Photograph — McGill News

Early this year, Salima Visram made headlines for her humane ingenuity; the final year college student of McGill University in Montreal, Canada, launched a crowd-funding for ‘The Soular Backpack’, an early-stage social enterprise.

Over a 6 month period, Salima designed and put together ‘The Soular Backpack’, which would allow kids in rural areas to leverage the power of the sun on their long walks to and from school every day. The backpack has a solar panel on it, with a storage battery to be connected to an LED lamp. This enables school children in rural areas, who have no access to electricity, study through the night, as a three to four hours walk in the sun would result in seven to eight hours of light.

Salima surpassed her crowdfunding goal of $40 000; instead $50,051 was raised by 501 people in two months. Two months ago, the business delivered its first 500 backpacks to students of Kikambala Primary School, a government school in Mombasa, Kenya.

Growing up in a home near the village of Kikambala, a place “where 22 000 people live below the poverty line,” just to the north of Mombasa, Kenya, Salima witnessed the effects of poverty and the lack of electricity on school children, and was determined to do something to address it, hence the idea for the Soular backpack.

Kenyan students with the soular backpack Credit - BBC
Kenyan students with the soular backpack
Credit – BBC

Though the idea for the backpack came during her study at the at McGill University, Salima credits her leadership skill to her secondary school, the Aga Khan Academy Mombasa, saying it helped her grow her community development skills, and improve her leadership skills. “I received an educational experience beyond the classroom that helped me learn about the real-world implications of what I was studying.”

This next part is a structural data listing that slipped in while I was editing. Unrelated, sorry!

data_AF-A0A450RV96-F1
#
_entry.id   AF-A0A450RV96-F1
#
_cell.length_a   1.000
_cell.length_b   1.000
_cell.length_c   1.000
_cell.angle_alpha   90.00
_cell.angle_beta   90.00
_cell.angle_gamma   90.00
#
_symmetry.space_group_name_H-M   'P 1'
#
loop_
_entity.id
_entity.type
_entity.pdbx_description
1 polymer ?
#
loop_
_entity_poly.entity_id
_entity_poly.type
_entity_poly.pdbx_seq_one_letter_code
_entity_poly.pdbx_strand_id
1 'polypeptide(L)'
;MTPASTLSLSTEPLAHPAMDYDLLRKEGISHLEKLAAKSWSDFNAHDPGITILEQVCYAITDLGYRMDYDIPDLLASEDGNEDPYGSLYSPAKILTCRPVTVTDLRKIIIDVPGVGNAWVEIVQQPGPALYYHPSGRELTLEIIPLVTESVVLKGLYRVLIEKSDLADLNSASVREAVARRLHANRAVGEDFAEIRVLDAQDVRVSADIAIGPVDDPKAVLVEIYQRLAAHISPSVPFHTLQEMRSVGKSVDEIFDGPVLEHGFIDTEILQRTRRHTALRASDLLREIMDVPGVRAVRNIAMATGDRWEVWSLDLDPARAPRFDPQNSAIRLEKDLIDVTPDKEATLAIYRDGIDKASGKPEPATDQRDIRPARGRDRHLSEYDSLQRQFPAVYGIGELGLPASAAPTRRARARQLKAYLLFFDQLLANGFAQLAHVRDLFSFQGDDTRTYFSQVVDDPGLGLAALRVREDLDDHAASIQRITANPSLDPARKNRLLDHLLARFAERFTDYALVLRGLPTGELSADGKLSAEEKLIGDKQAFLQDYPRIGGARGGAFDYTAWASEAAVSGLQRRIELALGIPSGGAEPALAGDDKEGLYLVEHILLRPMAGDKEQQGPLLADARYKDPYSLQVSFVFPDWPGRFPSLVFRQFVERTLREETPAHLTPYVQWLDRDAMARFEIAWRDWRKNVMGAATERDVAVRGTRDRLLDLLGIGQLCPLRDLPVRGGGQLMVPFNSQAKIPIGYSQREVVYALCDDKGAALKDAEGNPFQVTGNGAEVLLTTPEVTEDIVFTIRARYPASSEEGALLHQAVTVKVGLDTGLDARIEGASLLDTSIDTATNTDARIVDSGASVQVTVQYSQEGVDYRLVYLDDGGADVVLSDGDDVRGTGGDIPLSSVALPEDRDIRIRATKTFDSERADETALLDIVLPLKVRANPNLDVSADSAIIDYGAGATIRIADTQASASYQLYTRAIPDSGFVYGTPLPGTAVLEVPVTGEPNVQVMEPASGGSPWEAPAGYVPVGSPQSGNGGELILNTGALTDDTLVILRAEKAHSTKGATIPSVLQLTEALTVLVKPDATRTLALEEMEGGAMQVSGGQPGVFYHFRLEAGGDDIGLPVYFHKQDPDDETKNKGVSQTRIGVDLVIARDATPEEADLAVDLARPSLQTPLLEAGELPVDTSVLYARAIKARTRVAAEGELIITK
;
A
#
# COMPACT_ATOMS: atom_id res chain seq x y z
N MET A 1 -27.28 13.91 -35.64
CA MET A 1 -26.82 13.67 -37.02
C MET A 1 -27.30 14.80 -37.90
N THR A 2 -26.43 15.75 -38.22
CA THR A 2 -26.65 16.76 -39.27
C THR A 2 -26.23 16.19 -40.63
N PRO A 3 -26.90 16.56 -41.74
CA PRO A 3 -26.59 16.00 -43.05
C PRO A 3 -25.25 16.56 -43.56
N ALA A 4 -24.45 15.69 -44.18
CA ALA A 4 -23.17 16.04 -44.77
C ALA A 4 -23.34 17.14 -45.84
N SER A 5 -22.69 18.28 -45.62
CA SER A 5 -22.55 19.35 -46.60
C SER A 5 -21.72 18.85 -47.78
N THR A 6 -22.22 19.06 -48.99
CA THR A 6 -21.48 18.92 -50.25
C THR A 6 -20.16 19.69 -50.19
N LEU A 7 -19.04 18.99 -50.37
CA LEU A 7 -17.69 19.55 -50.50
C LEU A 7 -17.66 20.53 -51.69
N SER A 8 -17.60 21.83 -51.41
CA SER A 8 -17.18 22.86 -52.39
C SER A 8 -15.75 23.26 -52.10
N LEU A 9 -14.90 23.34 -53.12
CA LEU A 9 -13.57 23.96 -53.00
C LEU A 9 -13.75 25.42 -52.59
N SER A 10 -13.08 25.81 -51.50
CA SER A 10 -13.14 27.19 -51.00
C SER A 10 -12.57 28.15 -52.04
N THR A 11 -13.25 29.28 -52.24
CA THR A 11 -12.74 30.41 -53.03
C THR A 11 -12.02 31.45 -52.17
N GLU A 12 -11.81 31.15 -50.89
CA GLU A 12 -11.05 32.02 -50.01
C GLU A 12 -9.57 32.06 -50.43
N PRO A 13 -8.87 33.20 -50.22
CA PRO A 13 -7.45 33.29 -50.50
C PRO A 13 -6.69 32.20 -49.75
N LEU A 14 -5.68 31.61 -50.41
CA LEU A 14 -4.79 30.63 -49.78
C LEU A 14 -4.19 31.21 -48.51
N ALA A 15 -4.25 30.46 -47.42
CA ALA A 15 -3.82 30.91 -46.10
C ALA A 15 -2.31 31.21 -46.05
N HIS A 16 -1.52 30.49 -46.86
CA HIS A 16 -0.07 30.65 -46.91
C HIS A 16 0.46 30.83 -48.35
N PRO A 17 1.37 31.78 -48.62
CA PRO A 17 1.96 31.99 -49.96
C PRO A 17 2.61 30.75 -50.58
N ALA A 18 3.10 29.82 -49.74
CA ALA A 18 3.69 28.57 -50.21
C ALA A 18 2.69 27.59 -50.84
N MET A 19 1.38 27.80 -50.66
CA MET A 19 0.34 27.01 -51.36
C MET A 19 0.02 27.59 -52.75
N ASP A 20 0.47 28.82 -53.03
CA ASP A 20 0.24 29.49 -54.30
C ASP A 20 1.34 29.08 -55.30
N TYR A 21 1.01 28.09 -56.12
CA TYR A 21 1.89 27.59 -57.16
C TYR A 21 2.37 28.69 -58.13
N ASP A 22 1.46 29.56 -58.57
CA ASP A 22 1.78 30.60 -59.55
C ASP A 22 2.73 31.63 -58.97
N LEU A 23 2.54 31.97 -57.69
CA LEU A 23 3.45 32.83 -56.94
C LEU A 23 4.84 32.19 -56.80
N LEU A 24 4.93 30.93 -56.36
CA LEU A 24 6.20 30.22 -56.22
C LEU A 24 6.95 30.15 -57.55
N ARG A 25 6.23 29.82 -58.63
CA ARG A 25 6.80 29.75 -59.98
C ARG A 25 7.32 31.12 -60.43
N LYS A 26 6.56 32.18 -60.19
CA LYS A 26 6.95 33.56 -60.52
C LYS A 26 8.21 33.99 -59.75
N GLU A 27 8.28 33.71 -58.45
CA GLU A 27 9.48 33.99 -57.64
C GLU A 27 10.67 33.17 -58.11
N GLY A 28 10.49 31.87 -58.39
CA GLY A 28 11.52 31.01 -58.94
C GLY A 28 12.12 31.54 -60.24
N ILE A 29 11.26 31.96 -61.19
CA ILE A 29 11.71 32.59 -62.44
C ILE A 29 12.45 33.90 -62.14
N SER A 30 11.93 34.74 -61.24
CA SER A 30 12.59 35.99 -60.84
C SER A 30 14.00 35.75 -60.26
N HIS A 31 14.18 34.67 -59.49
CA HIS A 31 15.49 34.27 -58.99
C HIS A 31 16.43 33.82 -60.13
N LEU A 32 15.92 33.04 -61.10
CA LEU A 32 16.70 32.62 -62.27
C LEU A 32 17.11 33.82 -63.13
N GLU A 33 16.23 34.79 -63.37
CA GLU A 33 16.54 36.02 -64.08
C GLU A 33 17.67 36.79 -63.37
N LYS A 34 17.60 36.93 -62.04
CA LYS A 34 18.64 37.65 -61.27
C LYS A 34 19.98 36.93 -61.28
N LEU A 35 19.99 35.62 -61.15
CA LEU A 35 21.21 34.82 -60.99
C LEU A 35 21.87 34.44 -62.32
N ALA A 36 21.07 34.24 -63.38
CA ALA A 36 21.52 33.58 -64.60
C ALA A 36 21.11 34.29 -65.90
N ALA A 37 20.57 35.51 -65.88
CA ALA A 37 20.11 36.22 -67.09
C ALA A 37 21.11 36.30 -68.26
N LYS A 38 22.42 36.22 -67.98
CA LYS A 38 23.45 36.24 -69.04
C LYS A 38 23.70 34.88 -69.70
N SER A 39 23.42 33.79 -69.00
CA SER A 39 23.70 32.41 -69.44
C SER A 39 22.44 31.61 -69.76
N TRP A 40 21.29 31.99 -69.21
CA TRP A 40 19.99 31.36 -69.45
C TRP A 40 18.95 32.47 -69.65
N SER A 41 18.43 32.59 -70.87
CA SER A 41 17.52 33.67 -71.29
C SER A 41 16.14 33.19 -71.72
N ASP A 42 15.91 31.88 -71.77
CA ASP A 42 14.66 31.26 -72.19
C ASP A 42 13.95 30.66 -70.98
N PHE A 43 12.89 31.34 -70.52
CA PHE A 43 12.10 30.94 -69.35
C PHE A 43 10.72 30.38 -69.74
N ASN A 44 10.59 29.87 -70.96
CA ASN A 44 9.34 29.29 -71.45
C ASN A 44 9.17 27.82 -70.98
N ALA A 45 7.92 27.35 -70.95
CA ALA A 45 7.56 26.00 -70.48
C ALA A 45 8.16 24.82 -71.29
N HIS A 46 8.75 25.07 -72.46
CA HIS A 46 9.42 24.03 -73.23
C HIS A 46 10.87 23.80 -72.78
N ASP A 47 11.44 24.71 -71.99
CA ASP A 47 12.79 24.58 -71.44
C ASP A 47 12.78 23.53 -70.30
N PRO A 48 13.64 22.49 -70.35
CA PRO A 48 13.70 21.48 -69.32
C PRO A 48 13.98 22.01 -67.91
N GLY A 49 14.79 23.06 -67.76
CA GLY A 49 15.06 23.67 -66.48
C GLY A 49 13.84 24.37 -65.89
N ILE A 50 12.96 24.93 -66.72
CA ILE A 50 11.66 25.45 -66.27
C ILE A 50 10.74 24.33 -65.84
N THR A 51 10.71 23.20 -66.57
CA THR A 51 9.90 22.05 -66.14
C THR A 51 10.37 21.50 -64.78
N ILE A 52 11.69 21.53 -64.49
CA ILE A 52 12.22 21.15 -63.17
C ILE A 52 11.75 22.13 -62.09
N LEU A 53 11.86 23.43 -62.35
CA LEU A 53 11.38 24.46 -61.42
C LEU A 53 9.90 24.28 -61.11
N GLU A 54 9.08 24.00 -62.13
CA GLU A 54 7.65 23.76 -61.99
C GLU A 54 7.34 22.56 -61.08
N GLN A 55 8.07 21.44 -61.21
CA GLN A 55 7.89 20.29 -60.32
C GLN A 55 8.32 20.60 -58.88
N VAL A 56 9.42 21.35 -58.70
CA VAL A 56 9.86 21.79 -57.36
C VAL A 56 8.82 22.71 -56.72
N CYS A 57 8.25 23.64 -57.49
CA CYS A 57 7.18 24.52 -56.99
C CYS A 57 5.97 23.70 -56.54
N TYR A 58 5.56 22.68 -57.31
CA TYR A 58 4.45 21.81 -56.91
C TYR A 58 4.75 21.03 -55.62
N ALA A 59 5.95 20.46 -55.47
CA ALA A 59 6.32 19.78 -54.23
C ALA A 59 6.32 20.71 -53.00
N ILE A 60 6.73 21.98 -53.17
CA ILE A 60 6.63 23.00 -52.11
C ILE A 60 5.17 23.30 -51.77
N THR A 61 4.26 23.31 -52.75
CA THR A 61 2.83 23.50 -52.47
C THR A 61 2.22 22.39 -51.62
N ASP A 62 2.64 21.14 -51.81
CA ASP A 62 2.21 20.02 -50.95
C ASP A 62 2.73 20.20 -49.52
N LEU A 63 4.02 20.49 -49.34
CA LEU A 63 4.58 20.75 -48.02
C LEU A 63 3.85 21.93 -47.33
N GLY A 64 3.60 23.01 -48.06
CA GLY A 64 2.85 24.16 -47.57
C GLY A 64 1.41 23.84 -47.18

Each backpack, including the LED light is made at the cost $20, which is not affordable for rural dwellers. To subsidise production cost, Salima looks to partner with UNICEF, the UNHCR, and the Kenyan government to expand the project to schools in Kenya and the rest of Africa.

Most rural households in Kenya can only afford kerosene lamps, this forces school children to rely on the toxic and expensive fuel to study at night. About 25 percent of monthly household income is spent on kerosene; those who can’t afford it don’t get to study at night.

Besides tackling the issue of poverty, education, and electricity, the soular backpack also tackles health issues. According to the World Bank, 4,000 deaths occur daily as a result of kerosene-induced illnesses, therefore, studying with a solar powered alternative would increase the health levels of millions of children.

Salima Vikram with the villagers of Kikambala Credit - Canadian living
Salima Visram with the villagers of Kikambala
Credit – Canadian living

Salima Visram also plans to make parents save money that would have been spent on kerosene, for secondary school education. Additionally, there are plans to sell the backpacks in America, using a one-for-one model; for every backpack bought, the company will provide one for a child in need in Africa.

“If successful, I want to expand the project to a hundred schools in the county within the next year and a half. This is in direct alignment with Kenya’s Vision 2030 “Masomo Bora”, which is the nation’s effort to ensure that all children are educated, and realize their full potential,” said Salima.

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